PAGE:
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High schools, ASU turn to SafeFootball program to reduce concussions

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PHOENIX –  Denise Carroll said she was petrified when her son, Bobby Ciafullo, told her he wanted to play football for Desert Mountain High School in Scottsdale.

“You know, you hear all these things about concussions,” she said.

But she was relieved when a coach told her that Desert Mountain uses a program that teaches players how to avoid concussions by avoiding helmet-to-helmet contact.

Today she’s a volunteer with Scottsdale-based SafeFootball, which works with high schools and youth sports programs around the Valley as well as with Arizona State University’s football team.

“I really believe in this program,” Carroll said. “It’s made a big difference for my son.”

Scott Peters, a former ASU and Arizona Cardinals offensive lineman who founded SafeFootball, said that with no cure for concussions in sight he focuses on prevention.

“The game should be played with hands, not heads,” Peters said.

The techniques, taught first to coaches and then to players, focus largely on contact before, during or after tackles. Rather than assuming more of a horizontal angle that initiates contact with helmet and shoulder pads, SafeFootball teaches players to use their hands and leverage to gain the advantage.

“Our techniques are more conducive to what are our body does than the old methods, where you are leaning like a caveman and running head-first,” Peters said.

Participants pay for the training. Peters declined to say how much but said it varies by what the job requires.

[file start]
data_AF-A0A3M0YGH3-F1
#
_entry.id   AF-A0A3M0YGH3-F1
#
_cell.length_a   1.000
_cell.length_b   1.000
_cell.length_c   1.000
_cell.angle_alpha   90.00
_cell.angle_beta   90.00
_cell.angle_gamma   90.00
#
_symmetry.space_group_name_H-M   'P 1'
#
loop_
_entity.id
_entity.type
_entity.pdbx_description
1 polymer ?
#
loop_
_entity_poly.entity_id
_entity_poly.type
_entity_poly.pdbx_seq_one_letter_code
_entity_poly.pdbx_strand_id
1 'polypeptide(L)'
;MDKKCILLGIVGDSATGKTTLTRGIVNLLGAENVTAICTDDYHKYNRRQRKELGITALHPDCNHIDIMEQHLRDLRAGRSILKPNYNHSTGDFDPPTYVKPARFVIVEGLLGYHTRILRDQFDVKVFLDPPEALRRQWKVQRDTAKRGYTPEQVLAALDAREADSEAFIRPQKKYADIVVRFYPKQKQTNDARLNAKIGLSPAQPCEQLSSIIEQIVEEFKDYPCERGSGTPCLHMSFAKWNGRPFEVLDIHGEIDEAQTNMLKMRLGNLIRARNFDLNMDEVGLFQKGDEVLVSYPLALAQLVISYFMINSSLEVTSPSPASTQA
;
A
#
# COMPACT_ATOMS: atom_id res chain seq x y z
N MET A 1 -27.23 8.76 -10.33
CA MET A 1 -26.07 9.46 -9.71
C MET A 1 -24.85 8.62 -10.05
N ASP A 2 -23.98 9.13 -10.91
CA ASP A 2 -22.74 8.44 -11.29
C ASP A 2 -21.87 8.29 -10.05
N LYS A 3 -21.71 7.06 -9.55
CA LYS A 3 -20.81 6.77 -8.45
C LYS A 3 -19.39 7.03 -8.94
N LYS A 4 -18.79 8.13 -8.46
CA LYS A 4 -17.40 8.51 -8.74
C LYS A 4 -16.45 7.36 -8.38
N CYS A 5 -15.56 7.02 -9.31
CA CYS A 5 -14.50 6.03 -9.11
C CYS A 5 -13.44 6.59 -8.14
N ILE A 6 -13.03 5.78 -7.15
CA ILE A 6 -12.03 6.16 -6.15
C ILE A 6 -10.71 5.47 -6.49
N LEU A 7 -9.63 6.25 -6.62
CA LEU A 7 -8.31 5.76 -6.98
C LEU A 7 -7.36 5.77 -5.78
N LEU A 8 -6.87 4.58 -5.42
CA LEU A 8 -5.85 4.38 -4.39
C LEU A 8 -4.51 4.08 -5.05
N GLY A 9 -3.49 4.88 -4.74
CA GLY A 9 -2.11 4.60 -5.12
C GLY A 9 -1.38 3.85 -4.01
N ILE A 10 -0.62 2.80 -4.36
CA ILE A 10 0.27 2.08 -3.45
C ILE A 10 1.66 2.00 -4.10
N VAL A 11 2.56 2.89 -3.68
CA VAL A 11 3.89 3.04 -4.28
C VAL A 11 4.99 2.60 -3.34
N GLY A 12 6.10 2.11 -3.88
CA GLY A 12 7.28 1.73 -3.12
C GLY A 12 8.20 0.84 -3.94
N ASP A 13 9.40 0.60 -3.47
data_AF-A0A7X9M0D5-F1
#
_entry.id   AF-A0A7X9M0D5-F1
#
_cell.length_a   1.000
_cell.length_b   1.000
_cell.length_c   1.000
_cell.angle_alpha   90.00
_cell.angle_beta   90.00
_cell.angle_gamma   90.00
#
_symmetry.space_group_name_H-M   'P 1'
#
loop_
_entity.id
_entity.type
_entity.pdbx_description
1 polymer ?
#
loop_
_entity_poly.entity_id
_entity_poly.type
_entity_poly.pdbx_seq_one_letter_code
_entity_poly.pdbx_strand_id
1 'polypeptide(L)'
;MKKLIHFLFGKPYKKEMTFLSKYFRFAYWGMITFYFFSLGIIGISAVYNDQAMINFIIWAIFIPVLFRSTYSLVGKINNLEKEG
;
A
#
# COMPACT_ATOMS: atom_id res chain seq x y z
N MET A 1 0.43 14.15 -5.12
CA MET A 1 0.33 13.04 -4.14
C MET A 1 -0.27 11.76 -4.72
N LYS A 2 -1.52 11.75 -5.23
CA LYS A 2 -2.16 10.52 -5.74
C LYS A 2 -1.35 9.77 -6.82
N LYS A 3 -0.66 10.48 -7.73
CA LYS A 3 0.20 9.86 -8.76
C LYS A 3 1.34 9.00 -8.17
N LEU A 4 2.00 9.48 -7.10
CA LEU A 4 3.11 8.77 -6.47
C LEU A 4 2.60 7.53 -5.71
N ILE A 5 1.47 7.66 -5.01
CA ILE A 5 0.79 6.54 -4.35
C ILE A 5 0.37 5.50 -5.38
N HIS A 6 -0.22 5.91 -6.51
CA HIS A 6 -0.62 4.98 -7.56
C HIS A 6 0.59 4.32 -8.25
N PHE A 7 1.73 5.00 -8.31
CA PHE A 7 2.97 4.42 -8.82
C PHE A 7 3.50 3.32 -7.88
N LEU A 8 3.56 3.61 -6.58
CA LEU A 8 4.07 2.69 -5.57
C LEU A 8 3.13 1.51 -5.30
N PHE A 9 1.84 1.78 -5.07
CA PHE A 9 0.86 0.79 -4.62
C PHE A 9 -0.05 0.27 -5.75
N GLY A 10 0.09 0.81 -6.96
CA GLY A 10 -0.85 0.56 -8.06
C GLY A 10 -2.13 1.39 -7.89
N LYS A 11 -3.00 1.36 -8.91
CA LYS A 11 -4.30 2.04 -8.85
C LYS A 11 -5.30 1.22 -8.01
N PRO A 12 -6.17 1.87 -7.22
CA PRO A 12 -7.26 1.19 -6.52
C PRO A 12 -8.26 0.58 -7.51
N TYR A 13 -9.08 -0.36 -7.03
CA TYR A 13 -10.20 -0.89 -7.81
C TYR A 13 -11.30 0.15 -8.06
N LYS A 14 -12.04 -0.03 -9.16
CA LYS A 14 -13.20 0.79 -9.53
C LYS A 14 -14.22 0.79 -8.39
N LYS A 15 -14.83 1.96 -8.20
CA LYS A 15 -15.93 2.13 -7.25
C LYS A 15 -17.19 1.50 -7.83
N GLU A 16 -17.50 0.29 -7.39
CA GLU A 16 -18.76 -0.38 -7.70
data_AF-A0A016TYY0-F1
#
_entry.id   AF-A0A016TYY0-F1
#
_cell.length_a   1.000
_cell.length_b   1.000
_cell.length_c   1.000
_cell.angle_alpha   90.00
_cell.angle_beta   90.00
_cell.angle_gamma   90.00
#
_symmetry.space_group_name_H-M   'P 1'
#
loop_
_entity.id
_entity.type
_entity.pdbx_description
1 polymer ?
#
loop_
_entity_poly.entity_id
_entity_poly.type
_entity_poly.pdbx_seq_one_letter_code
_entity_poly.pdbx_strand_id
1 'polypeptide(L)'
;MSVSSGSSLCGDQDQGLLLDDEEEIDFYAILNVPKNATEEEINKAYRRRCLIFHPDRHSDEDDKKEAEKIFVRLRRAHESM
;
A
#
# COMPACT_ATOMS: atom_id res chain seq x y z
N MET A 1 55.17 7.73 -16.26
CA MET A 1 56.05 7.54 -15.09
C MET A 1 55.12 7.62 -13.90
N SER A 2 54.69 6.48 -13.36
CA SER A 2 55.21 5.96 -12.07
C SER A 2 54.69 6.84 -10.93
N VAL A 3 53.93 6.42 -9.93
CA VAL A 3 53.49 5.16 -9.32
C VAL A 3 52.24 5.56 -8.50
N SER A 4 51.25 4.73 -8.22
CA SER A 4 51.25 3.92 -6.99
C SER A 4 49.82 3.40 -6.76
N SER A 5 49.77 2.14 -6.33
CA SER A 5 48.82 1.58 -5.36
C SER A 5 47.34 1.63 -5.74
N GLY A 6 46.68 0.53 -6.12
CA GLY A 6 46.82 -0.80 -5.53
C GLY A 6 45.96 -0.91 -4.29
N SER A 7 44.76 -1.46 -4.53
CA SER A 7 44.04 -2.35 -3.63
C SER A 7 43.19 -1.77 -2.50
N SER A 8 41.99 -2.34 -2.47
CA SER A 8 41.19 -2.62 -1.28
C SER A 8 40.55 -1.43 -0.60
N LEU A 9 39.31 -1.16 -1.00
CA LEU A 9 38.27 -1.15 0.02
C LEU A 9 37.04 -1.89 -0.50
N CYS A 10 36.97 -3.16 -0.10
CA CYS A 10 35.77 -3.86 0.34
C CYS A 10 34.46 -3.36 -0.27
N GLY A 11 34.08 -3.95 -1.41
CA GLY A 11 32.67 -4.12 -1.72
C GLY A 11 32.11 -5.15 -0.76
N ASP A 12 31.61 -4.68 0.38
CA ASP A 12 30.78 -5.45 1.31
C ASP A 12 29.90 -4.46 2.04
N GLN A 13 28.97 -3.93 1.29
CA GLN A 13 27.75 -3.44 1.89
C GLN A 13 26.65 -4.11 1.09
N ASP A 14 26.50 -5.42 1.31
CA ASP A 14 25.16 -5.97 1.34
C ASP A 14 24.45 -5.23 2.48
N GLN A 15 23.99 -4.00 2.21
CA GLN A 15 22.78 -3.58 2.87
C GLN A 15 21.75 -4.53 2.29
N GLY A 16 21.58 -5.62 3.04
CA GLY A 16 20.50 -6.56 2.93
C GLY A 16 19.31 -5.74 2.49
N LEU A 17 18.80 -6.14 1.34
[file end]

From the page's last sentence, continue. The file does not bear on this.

Richard Taylor, head football coach at Centennial High School in Peoria, remembers when that was how the game was played.

“Forty years ago, if you did not lead with your head and hit someone with your face, you were not considered a very tough football player, ” Taylor said.

That’s changed at Centennial through SafeFootball, he said.

“They learn how to use their hands instead of their face thus, it keeps their head safe,” he said.

Steve Bailey, a junior who plays on Centennial’s offensive and defensive lines, said he’s trying to break the habit of leading with his head.

“The linemen, they always want to be in your grill,” he said. “But you have to create separation.”

For Bobby Ciafullo, learning these techniques in high school ultimately landed him a starting position on the offensive line of Pomona-Pitzer College’s football team in California.

“I used it in my first game against MIT,” Ciafullo said. “From an offensive perspective, I am not using my head, I am using my hips and hands to drive them away from the ball. It’s a lot more effective.”

SafeFootball started working with ASU’s football team this season, a collaboration confirmed by Sun Devil Athletics. Peters said he educated Head Coach Todd Graham’s staff on his techniques.

“It was just cool for me to help them because I went to ASU,” Peters said

Dr. Amaal Starling, a neurologist with the Mayo Clinic, said it’s important that SafeFootball is teaching these techniques to young athletes.

“They help them build fundamentals that will help them be safer players,” she said. “It not only helps them be safer players but helps them be better players. Safety is No. 1, but these are competitive sports.”

Peters said that in addition to promoting safety, SafeFootball’s techniques give teams a competitive edge.

“We can be more effective and win,” he said.